What outline can I use for a poster project on Hades?

I need a picture and facts about the Greek god Hades.

1 Answer

  1. Birthplace of Hades: The most common story is that Hades was born to the Great Mother goddess Rhea and Kronos (Father Time) on the island of Crete, along with his brothers Zeus and Poseidon.

    Spouse of Hades: Persephone, who must stay with him part of each year because she ate a few pomegranate seeds in the Underworld.

    Pets: Cerberus, a three-headed dog (In “Harry Potter”, this beast has been recently renamed “Fluffy”.); black horses; various other hounds.

    Some Major Temple Sites: The spooky Nekromanteion on the River Styx along the west coast of mainland Greece, still visitable today.

    Basic Myth: Hades springs out of the earth and captures Persephone, dragging her off to be his queen in the Underworld. Her mother Demeter searches for her and stops all foods from growing until Persephone is returned. Finally, a deal is worked out where Persephone stays one-third of the year with Hades, one-third of the year serving as a handmaiden to Zeus at Mount Olympus, and one-third with her mother; other stories skip Zeus’s portion and divide Persephone’s time between Hades and her Mom.

    Interesting Fact: Hades originally may have been all of the dark and underworld aspects of Zeus, eventually considered to be a separate deity. He is sometimes called “Zeus of the Departed”. His name originally probably meant “invisible” or “unseen”, as the dead go away and are seen no more.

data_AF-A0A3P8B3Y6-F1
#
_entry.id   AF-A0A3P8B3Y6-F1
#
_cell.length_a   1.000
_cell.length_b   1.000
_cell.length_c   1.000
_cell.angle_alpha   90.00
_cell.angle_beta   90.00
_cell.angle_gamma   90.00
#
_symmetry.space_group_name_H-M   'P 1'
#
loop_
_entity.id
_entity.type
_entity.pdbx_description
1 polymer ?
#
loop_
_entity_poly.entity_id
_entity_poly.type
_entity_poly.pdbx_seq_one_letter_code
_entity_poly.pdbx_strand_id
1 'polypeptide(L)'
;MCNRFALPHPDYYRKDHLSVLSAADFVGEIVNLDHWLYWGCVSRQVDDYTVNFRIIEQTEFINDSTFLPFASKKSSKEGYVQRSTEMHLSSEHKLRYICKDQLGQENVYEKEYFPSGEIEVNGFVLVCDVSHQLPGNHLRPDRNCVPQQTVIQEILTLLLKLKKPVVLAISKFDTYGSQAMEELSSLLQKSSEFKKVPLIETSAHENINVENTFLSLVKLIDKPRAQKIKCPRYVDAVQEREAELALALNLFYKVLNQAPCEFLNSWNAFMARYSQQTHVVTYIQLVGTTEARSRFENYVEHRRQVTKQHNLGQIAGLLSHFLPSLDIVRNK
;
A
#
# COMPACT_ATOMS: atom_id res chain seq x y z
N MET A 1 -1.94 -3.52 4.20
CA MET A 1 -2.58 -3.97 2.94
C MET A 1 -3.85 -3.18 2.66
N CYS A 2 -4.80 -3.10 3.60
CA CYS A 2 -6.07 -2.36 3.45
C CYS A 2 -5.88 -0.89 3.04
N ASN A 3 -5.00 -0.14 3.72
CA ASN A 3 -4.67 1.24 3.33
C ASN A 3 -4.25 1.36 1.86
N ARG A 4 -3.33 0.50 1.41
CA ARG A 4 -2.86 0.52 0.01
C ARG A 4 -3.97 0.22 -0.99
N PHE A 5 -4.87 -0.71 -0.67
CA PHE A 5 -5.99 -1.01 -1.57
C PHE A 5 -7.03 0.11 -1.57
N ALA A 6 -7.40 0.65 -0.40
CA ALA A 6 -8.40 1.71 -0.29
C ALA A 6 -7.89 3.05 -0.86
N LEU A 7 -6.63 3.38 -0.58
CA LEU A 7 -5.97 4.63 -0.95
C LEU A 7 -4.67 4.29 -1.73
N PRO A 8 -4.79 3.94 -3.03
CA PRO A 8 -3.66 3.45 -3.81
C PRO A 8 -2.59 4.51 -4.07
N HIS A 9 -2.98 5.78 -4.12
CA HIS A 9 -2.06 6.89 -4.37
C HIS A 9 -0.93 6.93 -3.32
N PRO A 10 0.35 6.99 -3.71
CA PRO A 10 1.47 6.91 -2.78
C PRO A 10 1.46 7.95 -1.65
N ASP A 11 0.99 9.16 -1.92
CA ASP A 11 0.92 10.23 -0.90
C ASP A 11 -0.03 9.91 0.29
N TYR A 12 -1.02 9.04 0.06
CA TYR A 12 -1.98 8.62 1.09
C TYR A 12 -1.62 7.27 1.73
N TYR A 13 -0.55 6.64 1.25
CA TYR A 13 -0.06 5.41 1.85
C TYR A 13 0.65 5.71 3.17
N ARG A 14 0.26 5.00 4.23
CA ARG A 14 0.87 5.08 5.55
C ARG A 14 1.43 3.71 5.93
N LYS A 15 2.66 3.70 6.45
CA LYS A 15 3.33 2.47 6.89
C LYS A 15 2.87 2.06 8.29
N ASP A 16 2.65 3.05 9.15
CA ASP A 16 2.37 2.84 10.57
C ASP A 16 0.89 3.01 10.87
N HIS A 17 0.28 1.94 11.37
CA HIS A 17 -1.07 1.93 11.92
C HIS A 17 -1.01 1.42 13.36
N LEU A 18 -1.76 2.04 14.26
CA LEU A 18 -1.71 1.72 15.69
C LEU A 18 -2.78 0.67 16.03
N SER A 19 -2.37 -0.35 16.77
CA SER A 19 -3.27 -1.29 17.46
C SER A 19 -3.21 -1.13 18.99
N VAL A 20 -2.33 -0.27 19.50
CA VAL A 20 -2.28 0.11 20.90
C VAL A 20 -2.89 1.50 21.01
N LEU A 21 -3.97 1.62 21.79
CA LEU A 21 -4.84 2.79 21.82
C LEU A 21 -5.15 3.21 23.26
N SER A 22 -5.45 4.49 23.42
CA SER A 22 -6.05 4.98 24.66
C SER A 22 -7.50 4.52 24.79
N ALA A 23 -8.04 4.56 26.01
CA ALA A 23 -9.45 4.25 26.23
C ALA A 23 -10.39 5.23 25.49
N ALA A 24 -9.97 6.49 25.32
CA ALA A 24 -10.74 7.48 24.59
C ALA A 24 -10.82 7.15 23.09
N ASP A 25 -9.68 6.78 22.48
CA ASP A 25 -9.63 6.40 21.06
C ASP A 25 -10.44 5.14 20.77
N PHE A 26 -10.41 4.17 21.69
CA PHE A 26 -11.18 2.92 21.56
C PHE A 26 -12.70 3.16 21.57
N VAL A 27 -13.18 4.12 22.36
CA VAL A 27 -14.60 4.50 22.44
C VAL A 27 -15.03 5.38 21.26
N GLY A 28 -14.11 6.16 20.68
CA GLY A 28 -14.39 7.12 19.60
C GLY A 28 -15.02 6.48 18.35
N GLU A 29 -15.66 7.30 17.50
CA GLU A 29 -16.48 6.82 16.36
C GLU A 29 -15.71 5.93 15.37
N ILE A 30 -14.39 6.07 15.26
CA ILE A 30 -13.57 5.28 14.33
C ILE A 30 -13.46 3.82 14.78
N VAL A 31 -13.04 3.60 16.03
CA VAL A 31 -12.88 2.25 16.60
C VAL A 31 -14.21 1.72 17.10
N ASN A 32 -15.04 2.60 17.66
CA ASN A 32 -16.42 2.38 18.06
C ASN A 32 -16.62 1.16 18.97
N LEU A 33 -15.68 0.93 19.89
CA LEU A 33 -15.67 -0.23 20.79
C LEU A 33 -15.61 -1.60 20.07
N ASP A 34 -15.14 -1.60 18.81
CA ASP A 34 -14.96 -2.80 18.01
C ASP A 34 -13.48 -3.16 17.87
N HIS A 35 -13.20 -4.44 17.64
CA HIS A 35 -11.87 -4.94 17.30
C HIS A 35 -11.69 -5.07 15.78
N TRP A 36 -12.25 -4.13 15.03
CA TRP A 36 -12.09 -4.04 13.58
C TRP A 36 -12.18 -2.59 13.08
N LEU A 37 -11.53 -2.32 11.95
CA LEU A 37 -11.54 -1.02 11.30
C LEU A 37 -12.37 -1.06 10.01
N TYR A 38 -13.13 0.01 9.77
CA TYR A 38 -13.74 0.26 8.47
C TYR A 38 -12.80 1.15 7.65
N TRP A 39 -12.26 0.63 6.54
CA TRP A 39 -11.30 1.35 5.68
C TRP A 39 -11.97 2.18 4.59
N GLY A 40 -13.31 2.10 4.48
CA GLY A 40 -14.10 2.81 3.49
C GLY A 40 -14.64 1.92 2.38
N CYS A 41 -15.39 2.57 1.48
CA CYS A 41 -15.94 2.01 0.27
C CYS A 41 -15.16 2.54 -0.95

Relevant information

Project posters get filled out over the course of several sessions with your team, so don’t worry about doing it all in one go. In the first session, focus on defining the problem space. Then share it with your project sponsors as early as possible to get their feedback, which you’ll incorporate in future sessions as your project develops.

The poster is split into 3 parts to support this evolution:

Problem space – Explain why solving this problem matters to customers and to the business. Get clear on objectives and possible solutions.

Validate assumptions – Identify knowledge gaps and risks. What do you know and what do you need to find out? 

Get ready to execute – Visualize the solution, and estimate the scope of the project.  


Schedule 60 minutes with your team. Collect and share relevant information in advance (e.g., notes from user testing, analytics, customer feedback, market research, etc.).

Start the first session by sharing the project poster template with instructions. In future sessions, you can start by (briefly!) reviewing what’s changed on the poster.

Lead your team through the questions, making sure you’re basically agreed on each one before moving on to the next. If you reach a stalemate or team members have wildly different ideas, take the time to talk through them and try to reach a consensus. If you can’t, someone from the team should take on a follow-up task to gather more information and share it out. Ultimately, the project’s full-time owner (i.e., project manager) or executive sponsor may have to resolve differences of opinion by simply making a call on which direction to go.

As you work through each section, link off to other project artifacts that come out of other plays you might run: DACI, Experience Canvas, Trade-off Sliders, etc.


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